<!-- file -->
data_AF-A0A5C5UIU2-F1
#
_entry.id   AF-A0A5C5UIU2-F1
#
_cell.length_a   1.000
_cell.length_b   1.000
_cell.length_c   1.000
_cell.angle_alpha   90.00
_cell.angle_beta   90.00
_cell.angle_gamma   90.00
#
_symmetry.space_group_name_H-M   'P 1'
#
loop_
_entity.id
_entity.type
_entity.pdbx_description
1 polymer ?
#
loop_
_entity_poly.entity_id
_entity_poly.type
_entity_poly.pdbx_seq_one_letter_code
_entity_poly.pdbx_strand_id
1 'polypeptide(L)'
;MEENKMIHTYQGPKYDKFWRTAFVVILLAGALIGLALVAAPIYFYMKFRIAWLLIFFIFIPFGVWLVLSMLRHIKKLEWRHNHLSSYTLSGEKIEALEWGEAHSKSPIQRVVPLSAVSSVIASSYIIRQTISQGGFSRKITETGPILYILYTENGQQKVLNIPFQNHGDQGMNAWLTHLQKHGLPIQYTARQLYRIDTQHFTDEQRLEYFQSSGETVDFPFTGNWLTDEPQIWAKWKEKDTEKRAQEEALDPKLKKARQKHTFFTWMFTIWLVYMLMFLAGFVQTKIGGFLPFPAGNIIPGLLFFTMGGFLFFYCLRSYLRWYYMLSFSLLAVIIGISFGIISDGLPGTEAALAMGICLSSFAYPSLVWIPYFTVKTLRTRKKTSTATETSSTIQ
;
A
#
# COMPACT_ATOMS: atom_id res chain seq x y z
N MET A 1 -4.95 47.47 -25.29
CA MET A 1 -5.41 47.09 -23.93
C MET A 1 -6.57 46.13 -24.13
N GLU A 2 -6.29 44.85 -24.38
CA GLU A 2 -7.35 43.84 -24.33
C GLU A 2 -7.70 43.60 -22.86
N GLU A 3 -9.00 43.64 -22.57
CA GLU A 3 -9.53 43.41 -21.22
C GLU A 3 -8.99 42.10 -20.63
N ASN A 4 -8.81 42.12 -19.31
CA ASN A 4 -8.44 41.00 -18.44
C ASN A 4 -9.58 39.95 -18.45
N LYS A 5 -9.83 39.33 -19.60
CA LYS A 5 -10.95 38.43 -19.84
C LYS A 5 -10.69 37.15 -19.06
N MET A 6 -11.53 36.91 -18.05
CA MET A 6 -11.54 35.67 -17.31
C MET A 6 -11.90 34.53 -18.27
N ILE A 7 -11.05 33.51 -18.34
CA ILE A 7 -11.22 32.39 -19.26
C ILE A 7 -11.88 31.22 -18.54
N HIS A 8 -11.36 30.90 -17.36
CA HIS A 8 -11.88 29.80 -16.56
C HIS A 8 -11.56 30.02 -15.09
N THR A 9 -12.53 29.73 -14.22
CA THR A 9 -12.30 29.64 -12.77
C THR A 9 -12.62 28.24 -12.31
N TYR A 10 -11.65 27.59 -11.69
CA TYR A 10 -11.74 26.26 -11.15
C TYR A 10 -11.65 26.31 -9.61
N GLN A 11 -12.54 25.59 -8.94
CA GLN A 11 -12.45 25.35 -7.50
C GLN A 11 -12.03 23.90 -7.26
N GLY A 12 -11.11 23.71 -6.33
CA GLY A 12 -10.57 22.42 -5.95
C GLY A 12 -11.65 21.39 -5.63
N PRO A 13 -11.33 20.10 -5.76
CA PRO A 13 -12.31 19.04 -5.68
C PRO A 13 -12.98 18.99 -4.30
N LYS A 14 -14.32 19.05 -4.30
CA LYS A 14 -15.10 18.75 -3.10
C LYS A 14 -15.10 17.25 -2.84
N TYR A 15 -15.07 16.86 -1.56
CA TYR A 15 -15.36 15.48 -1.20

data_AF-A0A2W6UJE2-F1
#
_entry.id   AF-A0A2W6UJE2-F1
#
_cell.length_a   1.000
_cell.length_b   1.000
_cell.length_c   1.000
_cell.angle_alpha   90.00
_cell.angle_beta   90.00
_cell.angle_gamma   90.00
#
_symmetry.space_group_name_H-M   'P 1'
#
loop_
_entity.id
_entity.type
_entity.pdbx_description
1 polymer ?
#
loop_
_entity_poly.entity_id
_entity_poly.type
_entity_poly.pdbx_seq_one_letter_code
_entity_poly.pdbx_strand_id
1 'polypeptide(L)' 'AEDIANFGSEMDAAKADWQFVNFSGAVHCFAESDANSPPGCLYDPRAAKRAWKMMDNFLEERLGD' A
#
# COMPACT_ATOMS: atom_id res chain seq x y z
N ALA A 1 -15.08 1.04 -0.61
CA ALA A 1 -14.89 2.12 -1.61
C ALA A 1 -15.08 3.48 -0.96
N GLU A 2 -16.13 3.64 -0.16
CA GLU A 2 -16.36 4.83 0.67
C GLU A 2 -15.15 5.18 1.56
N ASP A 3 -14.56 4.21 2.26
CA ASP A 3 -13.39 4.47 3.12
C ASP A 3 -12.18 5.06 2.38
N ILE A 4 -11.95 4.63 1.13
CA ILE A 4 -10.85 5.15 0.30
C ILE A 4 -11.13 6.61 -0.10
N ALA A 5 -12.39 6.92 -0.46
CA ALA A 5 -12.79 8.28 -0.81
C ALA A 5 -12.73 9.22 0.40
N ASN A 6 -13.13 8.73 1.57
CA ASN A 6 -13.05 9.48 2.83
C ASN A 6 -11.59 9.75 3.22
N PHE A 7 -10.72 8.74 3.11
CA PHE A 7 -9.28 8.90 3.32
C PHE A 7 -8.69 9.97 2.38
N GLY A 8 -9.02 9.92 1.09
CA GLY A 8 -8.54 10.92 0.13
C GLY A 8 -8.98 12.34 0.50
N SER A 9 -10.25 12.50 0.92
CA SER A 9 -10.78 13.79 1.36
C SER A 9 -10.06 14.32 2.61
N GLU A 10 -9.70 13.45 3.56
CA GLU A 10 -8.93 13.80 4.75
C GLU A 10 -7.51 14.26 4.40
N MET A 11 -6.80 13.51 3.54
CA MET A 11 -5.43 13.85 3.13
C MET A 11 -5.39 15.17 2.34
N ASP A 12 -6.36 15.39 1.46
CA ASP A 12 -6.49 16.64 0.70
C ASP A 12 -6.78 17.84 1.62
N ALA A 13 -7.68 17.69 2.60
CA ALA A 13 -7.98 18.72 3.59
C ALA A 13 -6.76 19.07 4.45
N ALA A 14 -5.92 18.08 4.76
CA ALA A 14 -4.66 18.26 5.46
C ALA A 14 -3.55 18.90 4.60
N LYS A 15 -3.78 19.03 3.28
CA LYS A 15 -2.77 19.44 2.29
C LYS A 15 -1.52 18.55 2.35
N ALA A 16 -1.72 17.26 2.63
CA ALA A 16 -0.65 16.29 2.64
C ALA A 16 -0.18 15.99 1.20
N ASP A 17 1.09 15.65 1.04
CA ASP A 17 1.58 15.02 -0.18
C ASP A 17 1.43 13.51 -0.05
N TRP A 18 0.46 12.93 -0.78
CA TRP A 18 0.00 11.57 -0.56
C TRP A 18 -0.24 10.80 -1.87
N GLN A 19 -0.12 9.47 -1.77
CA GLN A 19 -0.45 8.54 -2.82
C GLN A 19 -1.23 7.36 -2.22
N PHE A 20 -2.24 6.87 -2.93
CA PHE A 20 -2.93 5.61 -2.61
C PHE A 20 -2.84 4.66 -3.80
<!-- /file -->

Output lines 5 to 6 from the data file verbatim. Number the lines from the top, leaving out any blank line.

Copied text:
_cell.length_a   1.000
_cell.length_b   1.000